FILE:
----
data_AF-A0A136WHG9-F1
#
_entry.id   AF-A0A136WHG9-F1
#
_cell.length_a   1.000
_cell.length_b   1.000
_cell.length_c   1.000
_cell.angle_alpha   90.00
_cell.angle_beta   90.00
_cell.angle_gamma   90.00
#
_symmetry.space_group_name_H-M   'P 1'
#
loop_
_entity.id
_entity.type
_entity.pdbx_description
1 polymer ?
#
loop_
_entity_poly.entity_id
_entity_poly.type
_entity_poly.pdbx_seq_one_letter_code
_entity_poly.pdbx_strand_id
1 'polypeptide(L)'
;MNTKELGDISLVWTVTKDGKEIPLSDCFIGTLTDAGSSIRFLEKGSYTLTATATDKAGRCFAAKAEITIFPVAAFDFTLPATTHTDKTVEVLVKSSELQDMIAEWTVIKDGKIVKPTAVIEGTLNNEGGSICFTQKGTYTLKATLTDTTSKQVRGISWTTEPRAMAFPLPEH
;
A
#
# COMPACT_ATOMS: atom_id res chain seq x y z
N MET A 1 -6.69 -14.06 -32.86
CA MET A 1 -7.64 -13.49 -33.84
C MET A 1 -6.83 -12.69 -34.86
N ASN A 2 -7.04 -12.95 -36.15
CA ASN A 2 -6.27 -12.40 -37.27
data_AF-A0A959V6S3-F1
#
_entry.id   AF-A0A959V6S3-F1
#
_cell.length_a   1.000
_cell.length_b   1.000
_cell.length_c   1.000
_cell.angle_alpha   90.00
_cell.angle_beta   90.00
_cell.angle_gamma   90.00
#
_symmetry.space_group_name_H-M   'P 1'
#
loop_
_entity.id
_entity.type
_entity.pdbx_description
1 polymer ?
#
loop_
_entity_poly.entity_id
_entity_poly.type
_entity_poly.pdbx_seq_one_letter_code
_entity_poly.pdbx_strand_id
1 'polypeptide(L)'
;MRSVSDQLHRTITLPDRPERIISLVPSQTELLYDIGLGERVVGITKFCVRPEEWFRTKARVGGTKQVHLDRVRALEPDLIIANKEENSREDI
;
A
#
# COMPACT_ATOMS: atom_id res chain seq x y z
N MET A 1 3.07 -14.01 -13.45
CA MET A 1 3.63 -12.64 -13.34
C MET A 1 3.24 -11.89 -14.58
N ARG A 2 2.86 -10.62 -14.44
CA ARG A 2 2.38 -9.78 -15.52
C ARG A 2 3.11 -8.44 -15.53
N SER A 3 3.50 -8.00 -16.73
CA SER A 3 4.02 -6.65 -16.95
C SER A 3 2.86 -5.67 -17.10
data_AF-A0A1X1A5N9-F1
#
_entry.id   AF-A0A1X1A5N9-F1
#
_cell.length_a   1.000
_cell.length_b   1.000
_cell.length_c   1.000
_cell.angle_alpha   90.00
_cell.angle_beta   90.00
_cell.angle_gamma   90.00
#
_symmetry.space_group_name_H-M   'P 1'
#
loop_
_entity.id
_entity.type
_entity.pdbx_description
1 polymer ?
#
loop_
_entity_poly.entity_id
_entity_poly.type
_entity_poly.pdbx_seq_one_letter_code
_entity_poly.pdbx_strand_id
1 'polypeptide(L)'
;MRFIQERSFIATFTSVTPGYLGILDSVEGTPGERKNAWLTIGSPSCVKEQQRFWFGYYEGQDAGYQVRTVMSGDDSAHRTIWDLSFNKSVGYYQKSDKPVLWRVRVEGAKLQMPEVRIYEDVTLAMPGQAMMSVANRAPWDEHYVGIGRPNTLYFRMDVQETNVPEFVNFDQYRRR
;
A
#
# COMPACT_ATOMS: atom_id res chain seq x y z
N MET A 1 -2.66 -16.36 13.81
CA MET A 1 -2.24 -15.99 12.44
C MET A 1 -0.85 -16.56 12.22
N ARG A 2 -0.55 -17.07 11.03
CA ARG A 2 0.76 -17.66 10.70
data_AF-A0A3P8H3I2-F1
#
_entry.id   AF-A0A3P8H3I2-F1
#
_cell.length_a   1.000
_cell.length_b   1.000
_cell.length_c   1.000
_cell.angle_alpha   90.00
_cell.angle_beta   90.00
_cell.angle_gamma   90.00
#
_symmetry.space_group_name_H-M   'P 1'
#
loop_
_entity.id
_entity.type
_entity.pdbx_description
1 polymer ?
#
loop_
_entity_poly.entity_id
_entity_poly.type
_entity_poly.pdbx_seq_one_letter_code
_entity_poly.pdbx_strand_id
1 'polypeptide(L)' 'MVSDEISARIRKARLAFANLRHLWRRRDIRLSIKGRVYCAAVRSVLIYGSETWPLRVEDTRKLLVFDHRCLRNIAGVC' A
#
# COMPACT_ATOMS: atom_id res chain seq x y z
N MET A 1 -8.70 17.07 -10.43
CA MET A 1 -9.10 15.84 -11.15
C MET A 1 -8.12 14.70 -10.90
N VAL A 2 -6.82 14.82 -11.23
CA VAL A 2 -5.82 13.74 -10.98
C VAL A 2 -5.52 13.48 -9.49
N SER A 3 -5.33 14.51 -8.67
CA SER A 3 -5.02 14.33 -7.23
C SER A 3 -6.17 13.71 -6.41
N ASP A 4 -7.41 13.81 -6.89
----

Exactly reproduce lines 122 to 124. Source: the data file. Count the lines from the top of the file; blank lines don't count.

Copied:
#
loop_
_entity.id